I get that question alot. Which gave me the idea that I should just include the response as a section in my website....
The answer is yes. Ringneck snakes are venomous. The strength of the venom differs between sub-species. Some have very strong venom... Yet some have what seems like no venom at all. The most venomous of all the ringneck snakes is the Regal Ringneck Snake(Diadophis punctatus regalis), it's venom can work faster than a North American Coral Snake's.
The ringneck snakes that live in the Western United States all have a quite potent venom. This is to be expected as in the west, it's much more dry, and the snakes are forced to feed on prey such as lizards and other snakes. Their venom against lizards/snakes can work as early as 4 minutes after the bite.
The ringneck snakes that live in the Eastern half of the United States have a very weak venom... Or atleast a venom that specializes in working on a certain prey item. For example, Northern Ringneck Snakes(Diadophis punctatus edwardsii) have a very weak venom if used on another snake, but if used on a salamander, the salamander would be paralyzed in minutes. In the East, the ringnecks that occur there have no real needs for venom, they all eat prey such as worms, salamanders, fish, frogs and small lizards or skinks. Some will also take neonate snakes. I assume they will only take neonate snakes, because their venom is weak, and they need to do their best to not get hurt while trying to get a meal. Instead of using venom, the ringneck snakes in the East tend to just grab prey and try to swallow it. Or they will grab prey and get dragged around until the prey is too tired to put up much of a fight.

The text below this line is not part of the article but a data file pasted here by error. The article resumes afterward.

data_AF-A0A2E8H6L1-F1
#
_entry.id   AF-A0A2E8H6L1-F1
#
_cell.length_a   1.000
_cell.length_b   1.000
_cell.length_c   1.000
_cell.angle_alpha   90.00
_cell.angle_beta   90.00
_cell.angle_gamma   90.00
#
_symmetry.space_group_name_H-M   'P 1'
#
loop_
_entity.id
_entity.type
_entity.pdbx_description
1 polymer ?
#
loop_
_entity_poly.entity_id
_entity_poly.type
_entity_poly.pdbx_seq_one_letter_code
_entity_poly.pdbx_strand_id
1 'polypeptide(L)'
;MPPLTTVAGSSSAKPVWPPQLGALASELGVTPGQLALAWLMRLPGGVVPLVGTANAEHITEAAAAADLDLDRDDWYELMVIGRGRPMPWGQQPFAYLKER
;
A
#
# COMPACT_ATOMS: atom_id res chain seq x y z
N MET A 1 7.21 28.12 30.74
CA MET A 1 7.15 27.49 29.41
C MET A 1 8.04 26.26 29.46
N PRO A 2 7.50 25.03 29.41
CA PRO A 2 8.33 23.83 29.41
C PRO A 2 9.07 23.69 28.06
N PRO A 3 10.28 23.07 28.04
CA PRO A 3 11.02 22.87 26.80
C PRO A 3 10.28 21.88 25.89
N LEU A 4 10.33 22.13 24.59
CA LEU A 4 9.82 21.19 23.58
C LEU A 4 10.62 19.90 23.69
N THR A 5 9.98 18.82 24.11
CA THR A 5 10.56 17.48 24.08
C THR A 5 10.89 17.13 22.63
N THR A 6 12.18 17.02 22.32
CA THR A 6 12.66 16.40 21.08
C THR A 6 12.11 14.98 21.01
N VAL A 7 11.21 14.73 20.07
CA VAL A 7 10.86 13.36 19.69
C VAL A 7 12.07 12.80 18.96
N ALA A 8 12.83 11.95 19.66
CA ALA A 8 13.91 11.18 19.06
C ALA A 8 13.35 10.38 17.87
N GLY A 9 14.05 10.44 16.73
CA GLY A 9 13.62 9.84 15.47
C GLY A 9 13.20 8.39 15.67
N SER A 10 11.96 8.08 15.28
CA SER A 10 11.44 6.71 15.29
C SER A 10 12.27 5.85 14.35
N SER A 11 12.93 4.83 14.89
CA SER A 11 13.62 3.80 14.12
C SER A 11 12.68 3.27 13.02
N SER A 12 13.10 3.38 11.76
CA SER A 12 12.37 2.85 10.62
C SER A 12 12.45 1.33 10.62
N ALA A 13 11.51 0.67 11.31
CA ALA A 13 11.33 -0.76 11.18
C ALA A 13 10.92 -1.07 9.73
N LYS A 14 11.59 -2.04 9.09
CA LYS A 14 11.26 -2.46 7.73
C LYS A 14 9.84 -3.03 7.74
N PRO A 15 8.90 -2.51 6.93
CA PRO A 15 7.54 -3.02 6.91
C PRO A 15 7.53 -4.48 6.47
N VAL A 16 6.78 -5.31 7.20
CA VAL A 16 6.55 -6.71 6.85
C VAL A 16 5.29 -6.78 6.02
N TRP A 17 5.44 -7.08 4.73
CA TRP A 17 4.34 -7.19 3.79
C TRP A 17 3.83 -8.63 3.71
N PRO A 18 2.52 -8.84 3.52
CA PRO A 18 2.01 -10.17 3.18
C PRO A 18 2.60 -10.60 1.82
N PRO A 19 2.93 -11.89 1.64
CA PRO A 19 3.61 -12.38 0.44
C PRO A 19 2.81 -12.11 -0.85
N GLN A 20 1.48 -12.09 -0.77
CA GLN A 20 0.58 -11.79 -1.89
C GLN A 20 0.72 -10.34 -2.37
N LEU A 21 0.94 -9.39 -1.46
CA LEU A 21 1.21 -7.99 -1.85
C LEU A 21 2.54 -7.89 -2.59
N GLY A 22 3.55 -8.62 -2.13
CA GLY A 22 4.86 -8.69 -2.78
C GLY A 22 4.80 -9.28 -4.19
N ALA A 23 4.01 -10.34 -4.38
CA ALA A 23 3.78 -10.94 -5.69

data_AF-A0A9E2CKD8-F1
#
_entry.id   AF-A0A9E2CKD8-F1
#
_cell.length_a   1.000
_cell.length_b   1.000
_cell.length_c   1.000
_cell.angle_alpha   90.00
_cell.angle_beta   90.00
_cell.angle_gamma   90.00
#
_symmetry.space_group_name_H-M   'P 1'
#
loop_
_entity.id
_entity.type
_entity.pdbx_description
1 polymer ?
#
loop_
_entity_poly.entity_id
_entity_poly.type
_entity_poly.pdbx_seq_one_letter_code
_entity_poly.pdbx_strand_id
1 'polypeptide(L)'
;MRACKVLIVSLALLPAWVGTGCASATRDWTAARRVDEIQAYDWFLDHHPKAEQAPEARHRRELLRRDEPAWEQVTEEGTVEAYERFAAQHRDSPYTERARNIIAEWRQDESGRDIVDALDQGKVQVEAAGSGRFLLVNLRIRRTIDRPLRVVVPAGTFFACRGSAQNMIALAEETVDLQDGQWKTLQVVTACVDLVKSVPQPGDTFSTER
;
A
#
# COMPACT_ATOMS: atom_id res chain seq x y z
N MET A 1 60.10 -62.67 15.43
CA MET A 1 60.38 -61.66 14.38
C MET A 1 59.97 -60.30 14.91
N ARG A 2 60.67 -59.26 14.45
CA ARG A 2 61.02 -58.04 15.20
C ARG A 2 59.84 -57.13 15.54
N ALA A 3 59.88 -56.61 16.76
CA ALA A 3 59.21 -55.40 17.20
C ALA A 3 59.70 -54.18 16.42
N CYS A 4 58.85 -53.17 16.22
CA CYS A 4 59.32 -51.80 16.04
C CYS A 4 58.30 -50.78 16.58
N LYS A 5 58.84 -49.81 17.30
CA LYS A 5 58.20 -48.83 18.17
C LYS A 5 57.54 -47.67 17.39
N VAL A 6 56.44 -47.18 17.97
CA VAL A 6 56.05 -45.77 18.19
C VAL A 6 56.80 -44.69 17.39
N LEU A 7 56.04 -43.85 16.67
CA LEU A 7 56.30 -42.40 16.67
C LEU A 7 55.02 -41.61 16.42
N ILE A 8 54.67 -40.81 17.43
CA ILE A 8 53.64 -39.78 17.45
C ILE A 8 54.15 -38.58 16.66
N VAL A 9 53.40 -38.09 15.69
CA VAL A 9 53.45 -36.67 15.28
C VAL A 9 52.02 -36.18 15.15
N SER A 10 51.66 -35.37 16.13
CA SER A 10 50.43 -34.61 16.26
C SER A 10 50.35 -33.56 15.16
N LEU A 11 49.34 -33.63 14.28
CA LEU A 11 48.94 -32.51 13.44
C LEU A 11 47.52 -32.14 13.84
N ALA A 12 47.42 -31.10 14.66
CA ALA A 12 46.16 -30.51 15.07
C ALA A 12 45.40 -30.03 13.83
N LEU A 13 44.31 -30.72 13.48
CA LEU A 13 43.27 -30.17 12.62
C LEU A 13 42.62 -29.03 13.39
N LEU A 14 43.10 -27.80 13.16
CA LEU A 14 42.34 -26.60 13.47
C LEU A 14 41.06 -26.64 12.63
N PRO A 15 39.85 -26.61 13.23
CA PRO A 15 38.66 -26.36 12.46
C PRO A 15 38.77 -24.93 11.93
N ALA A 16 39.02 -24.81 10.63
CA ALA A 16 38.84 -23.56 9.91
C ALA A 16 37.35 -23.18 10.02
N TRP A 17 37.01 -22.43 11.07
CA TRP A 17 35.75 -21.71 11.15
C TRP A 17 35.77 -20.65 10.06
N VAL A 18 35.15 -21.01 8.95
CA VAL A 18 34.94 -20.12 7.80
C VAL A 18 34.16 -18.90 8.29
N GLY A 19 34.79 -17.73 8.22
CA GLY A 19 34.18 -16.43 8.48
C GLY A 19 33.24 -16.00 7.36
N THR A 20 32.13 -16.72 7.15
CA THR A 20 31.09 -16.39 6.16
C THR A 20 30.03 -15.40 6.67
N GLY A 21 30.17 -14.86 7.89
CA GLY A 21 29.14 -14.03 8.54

Above pic of a NorthWestern Ringneck Snake eating a neonate Florida Blue Eastern Garter Snake
Pic by Dan Scolaro
I'm sure anybody reading this is familiar with the North American Kingsnakes(Lampropeltis getula)? Well, if not, the Kingsnakes get their name because they will readily take on, and eat other snakes, as well as venomous snakes such as Rattlesnakes(Crotalus and Sistrurus), Copperheads(Agkistrodon contortrix) and Cottonmouths(Agkistrodon piscivorus). It is well known that Kingsnakes are not affected by the bites of these venomous snakes, as well as any venomous snake in the United States... Or are they?
There are plenty of stories out there that seem like myths... Where the average herper catches a ringneck snake and brings it home to feed to a kingsnake. Only to return a few hours later to find a large ringneck snake. Or the one where a herper catches a ringneck snake and a kingsnake, throws them into the bag, only to find a ringneck snake in there sometime later. These stories are actually far from myth.
Gerold Merker, snake breeder/specialist, was herping with a friend in CA in early summer 2005, when they came across a pile of rocks where a large Coral-Bellied Ringneck Snake(Diadophis punctatus pulchellus) hung out. Well, the ringneck snake was out in the open, and it was swallowing a juvenile Zonata Kingsnake. The king was about 14", while the ringneck was at 20". The king was not moving at all, either dead, or paralyzed. Effects of the venom? Or did the ringneck snake come across a dead kingsnake and eat it?
Future captive studies are in the works.
Here is a pic of a 22" Regal Ringneck Snake(Diadophis punctatus regalis) consuming a 15" California Kingsnake(Lampropeltis getula californiae). The Kingsnake had been killed earlier in the day by the bite from a Mussurana(Clelia clelia). Photo by regalringneck.